HeatGear HeatGear was designed to be worn in warm to hot temperatures under equipment or as a single layer. The company's first compression T-shirt was the original HeatGear product and remained its signature style in 2012. In sharp contrast to a sweat-soaked cotton T-shirt that could weigh two to three pounds, HeatGear was engineered with a microfiber blend featuring what Under Armour termed a “Moisture Transport System” that ensured the body will stay cool, dry, and light. HeatGear was offered in a variety of tops and bottoms in a broad array of colors and styles for wear in the gym or outside in warm weather. Compression-fit HeatGear reduced muscle fatigue, was particularly popular for training sessions and competition, and was the company's top-selling gear line year-round.

ColdGear Under Armour high-performance fabrics were appealing to people participating in cold-weather sports and vigorous recreational activities like snow skiing who needed both warmth and moisture-wicking protection from a sometimes overheated body. ColdGear was designed to wick moisture from the body while circulating body heat from hotspots to maintain a core body temperature. All ColdGear apparel provided dry warmth in a single light layer that could be worn beneath a jersey, uniform, protective gear or ski-vest, or other cold weather outerwear. ColdGear products generally were sold at higher price levels than other Under Armour gear lines.

AllSeasonGear AllSeasonGear was designed to be worn in changing temperatures and used technical fabrics to keep the wearer cool and dry in warmer temperatures while preventing a chill in cooler temperatures.

Each of the three apparel lines contained three fit types: compression (tight fit), fitted (athletic fit) and loose (relaxed).

Footwear Under Armour began marketing footwear products for men, women, and youths in 2006 and had expanded its footwear line every year since. Currently, its offerings included football, baseball, lacrosse, softball and soccer cleats, slides, performance training footwear, running footwear, basketball footwear, and hunting boots. Under Armour's athletic footwear was innovatively designed to provide stabilization, directional cushioning, and moisture management, and was engineered to be light and breathable and to maximize the athlete's comfort and control.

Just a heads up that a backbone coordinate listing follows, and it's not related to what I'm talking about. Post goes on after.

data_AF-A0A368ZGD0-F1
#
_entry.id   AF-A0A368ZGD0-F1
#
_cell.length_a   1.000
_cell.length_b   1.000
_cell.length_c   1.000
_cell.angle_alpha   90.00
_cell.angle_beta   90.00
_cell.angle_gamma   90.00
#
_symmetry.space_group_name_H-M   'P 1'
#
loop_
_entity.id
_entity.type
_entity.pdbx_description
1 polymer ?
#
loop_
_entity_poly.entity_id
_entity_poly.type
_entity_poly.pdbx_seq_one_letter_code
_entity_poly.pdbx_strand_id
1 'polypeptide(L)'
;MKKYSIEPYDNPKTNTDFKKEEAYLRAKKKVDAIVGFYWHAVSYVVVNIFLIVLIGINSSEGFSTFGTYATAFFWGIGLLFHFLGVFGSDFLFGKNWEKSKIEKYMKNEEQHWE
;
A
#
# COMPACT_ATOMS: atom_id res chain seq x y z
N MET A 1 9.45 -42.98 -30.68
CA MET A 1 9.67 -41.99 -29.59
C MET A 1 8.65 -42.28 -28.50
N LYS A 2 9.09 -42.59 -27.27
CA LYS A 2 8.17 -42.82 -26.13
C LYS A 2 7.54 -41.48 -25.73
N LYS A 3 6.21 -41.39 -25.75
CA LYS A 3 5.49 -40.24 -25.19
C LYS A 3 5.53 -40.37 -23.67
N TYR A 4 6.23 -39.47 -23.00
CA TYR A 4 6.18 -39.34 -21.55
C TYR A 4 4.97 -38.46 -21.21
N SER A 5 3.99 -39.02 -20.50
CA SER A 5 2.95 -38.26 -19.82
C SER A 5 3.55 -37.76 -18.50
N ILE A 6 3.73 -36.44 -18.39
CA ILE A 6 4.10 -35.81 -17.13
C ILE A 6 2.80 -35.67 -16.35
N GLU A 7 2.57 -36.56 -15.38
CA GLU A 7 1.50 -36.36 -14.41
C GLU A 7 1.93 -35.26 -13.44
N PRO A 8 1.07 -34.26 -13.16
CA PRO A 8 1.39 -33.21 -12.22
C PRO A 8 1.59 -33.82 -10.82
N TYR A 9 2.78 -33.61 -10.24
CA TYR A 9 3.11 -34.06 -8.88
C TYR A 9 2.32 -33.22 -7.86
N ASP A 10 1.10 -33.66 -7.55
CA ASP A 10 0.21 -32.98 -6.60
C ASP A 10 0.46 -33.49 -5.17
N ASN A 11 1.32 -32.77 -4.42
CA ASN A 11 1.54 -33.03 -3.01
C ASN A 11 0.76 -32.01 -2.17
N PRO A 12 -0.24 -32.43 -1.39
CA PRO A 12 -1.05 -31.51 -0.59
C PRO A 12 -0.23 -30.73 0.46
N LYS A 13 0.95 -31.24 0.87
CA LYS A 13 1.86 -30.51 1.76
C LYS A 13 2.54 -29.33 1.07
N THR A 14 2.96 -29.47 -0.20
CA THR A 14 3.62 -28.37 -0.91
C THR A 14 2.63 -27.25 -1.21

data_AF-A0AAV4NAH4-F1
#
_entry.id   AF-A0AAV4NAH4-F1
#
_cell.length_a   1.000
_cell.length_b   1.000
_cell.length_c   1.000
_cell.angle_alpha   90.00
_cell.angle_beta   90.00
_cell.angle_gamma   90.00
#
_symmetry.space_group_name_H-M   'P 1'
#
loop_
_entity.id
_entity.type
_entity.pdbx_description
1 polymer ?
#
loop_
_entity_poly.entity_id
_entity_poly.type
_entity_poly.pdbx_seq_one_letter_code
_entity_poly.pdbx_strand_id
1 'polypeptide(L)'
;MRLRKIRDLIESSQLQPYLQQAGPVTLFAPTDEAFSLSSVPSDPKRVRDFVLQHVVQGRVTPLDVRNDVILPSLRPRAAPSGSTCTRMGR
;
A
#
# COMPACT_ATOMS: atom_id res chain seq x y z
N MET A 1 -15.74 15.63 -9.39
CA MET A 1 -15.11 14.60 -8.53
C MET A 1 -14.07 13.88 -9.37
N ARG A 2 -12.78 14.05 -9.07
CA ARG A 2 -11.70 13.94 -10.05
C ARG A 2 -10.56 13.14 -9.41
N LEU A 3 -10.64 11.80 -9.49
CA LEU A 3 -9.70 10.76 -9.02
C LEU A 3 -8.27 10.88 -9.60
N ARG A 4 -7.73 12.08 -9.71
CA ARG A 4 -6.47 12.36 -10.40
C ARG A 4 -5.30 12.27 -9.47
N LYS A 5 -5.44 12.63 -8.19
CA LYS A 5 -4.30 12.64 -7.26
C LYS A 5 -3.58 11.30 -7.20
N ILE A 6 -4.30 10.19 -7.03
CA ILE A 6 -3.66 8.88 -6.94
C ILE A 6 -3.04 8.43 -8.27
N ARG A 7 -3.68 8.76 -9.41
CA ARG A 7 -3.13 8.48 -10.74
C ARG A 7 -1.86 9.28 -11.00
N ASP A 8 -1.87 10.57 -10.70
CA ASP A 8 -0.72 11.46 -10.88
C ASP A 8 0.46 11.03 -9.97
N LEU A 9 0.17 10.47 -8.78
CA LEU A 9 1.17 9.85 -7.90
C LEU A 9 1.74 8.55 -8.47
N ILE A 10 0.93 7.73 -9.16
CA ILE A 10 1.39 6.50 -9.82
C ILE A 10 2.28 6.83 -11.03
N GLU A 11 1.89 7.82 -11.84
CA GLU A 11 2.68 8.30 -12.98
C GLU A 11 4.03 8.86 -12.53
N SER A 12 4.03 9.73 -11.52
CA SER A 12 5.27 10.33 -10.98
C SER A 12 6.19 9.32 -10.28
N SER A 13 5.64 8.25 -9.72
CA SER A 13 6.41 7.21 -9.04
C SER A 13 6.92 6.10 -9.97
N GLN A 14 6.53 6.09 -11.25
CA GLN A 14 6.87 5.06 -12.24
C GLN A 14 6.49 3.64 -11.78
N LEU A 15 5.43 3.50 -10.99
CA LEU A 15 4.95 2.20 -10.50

Accessories Under Armour's accessory line in 2012 included gloves, socks, headwear, bags, knee-pads, custom-molded mouth guards, and eyewear designed to be used and worn before, during, and after competition. All of these featured performance advantages and functionality similar to other Under Armour products. For instance, the company's baseball batting, football, golf, and running gloves included Heat-Gear and ColdGear technologies and were designed with advanced fabrications to provide various highperformance attributes that differentiated its gloves from those of rival brands.

Under Armour had entered into licensing agreements with a number of firms to produce and market some of its accessories (bags, headgear, and socks). In these instances, Under Armour product, marketing, and sales teams were actively involved in all steps of the design process in order to maintain brand standards and consistency. By 2011, however, Under Armour had developed its own headwear and bag accessories and began selling them itself rather than through licensees. Revenues generated from the sale of all licensed accessories are included in the licensing revenue amounts shown in Exhibit 2A.

Marketing, Promotion, and Brand Management Strategies

Under Armour had an in-house marketing and promotions department that designed and produced most of its advertising campaigns to drive consumer demand for its products and build awareness of Under Armour as a leading performance athletic brand. The company's total marketing expenses, including endorsements and advertising, were $167.9 million in 2011, $128.2 million in 2010, and $108.9 million in 2009. These totals included the costs of sponsoring events and various sports teams, the costs of athlete endorsements, and advertising expenses.

Sports Marketing A key element of Under Armour's marketing and promotion strategy was to promote the sales and use of its products to high-performing athletes and teams on the high school, collegiate, and professional levels. This strategy included entering into outfitting agreements with a variety of collegiate and professional sports teams, sponsoring an assortment of collegiate and professional sports events, and selling Under Armour products directly to team equipment managers and to individual athletes.